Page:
Japan Geoscience Union Meeting 2016

Presentation information


Symbol A (Atmospheric and Hydrospheric Sciences) » A-AS Atmospheric Sciences, Meteorology & Atmospheric Environment

[A-AS12] Atmospheric Chemistry

Thu. May 26, 2016 10:45 AM - 12:15 PM 303 (3F)

Convener:*Hitoshi Irie(Center for Environmental Remote Sensing, Chiba University), Toshinobu Machida(National Institute for Environmental Studies), Hiroshi Tanimoto(National Institute for Environmental Studies), Yoko Iwamoto(Faculty of Science Division I, Tokyo University of Science), Chair:Yugo Kanaya(Department of Environmental Geochemical Cycle Research, Japan Agency for Marine-Earth Science and Technology), Taku Umezawa(National Institute for Environmental Studies)

11:45 AM - 12:00 PM

[AAS12-23] Contribution of plant-associated microorganisms as global sinks of atmospheric hydrogen

*Manabu Kanno1, Philippe Constant2, Hideyuki Tamaki1, Yoichi Kamagata1 (1.National Institute of Advanced Industrial Science and Technology, 2.Centre INRS-Institut Armand-Frappier, Canada)

Keywords:biogeochemistry, microbial ecology, tropospheric H2 cycle, vegetation

Hydrogen (H2) is an important constituent of the atmosphere, with a typical mixing ratio of 0.530 parts per million by volume (ppmv). Rising H2 emissions under a future H2-based economy are concerned to increase the atmospheric burden of H2, resulting to the indirect influence of the lifetime of greenhouse gas CH4, an alteration of temperature and ozone loss in the stratosphere. Thus, mitigation of H2 emission is of critical importance for atmospheric chemistry. The most part (~80%) of tropospheric H2 is consumed by microorganisms in soil. A recent literature survey of H2 flux measurements unveiled that soil H2 uptake is responsible for the loss of 40 to 90 Tg yr-1. Recently, high-affinity H2-oxidizing bacteria possessing novel hydrogenase have been found as important contributors to the soil H2 uptake. Although previous experiments using molecular tritium reported the occurrence of significant H2 uptake activity in vegetation, there has been no report on the identification and diversity of the responsible microorganisms. This study aimed to verify the existence of plant-associated bacteria possessing the ability to consume atmospheric H2.
We first investigated the presence of hhyL gene in various plant species. The hhyL gene, which encodes for the large subunit of the novel group of hydrogenase, has been generally used as a functional biomarker to evaluate the distribution, taxonomic diversity, and abundance of high-affinity H2-oxidizing bacteria. In total, 42 hhyL gene sequences were successfully detected in all tested herbaceous plants, indicating a wide distribution of high-affinity H2-oxidizing bacteria in plants. It is noteworthy that the abundance levels of hhyL gene detected in plants were comparable to those detected in soil. High-affinity H2-oxidizing bacteria were isolated from inside herbaceous plant tissues. Among 145 isolates, 7 Streptomyces strains were shown to possess hhyL gene. The H2 uptake activity was evaluated by gas chromatography. All the isolates reduced H2 concentration to less than 0.530 ppmv, demonstrating the ability to consume H2 at ambient level. Sterile plant seedlings were inoculated with selected isolates to verify their ability to penetrate and disseminate in plant tissues and scavenge atmospheric H2 in plant. After four weeks of seedling inoculation, an internalization of the bacteria in plant tissues was visualized by fluorescence in situ hybridization imaging. H2 oxidation rates measured in plant fractions ranged from 1079 to 3472 pmol g(dw)-1 h-1. These rates are comparable to the previously observed activity of atmospheric tritium uptake in other plants. Importantly, atmospheric H2 is not oxidized in aseptically grown plants, clearly showing that plant-associated bacteria was responsible for H2 loss. H2 uptake activity per bacterial cell was comparable between plant and soil, demonstrating that both environments are favorable for the microbial-mediated H2 uptake.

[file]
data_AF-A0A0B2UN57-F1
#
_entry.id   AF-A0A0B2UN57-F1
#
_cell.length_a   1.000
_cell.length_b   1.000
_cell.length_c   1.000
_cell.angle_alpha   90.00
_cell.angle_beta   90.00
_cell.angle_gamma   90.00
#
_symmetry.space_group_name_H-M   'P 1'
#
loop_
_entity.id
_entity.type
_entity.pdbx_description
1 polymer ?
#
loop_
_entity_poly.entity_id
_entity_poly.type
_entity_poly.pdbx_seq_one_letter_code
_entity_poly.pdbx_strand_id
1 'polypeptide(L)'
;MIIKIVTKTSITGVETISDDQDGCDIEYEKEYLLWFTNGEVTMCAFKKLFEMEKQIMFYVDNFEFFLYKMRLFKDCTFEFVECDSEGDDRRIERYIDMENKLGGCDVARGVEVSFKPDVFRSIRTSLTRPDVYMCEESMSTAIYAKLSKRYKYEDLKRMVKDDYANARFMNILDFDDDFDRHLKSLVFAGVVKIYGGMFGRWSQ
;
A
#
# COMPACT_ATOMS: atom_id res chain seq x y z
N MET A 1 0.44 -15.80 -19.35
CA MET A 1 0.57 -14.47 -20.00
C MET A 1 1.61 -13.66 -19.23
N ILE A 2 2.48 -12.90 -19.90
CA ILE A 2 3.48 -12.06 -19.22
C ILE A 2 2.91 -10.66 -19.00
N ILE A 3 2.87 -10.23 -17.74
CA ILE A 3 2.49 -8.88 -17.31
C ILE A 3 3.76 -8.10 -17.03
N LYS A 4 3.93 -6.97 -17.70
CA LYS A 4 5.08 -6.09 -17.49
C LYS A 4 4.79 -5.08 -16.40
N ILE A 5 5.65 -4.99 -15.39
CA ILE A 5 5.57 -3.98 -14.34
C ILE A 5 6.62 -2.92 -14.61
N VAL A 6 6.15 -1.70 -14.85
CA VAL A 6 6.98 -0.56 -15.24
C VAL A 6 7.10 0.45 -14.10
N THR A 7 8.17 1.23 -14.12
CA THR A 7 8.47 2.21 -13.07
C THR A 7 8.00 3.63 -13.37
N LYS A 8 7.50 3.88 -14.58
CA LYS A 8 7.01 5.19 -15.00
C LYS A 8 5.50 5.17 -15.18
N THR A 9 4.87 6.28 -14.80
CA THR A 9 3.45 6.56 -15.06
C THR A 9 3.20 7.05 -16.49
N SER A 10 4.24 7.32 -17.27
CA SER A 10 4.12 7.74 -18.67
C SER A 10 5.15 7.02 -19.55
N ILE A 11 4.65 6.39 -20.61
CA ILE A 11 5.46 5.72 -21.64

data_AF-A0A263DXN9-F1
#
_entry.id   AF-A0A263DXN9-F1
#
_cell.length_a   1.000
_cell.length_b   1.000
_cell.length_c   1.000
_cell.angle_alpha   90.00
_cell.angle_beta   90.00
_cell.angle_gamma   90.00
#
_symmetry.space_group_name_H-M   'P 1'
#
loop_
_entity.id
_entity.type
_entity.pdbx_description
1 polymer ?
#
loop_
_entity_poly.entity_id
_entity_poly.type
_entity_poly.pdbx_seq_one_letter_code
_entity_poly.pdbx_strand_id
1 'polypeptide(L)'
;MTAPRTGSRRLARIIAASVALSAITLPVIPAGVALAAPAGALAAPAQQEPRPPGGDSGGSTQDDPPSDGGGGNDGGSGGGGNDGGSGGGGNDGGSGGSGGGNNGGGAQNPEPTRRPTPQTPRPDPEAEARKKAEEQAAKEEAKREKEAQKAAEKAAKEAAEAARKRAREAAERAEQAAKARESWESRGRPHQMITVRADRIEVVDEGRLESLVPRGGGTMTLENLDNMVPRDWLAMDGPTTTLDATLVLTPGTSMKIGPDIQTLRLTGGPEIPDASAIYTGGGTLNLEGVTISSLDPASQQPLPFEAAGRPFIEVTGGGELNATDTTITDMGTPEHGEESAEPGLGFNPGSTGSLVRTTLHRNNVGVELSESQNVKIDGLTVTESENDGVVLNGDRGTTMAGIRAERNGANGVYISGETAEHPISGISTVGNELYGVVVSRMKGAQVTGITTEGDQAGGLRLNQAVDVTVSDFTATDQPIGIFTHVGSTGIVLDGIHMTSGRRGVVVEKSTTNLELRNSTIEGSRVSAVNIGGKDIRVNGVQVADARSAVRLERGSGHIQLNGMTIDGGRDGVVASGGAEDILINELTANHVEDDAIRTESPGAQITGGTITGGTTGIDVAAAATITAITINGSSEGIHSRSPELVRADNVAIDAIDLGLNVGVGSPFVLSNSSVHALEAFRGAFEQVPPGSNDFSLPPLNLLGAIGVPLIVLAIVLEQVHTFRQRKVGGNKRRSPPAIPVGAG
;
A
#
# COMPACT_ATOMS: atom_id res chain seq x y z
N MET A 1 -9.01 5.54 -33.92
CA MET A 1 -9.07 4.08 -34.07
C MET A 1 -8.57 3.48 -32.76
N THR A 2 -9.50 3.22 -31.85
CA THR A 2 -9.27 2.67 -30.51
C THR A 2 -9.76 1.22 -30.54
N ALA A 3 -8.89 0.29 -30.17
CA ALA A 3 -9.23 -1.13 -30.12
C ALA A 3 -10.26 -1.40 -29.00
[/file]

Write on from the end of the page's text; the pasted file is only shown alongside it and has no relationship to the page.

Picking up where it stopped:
In conclusion, this study demonstrated the occurrence of plant-associated high-affinity H2-oxidizing bacteria and their ability to consume atmospheric H2 on plant surface or inside plant tissues. From a global perspective, herbaceous and woody plant biomass represent approximately 64 Pg, and 736 Pg, respectively. Considering that high-affinity H2-oxidizing bacteria may be present and active in these plants, the contribution of plant-associated bacteria deserves more attention to better understand the global cycling of atmospheric H2.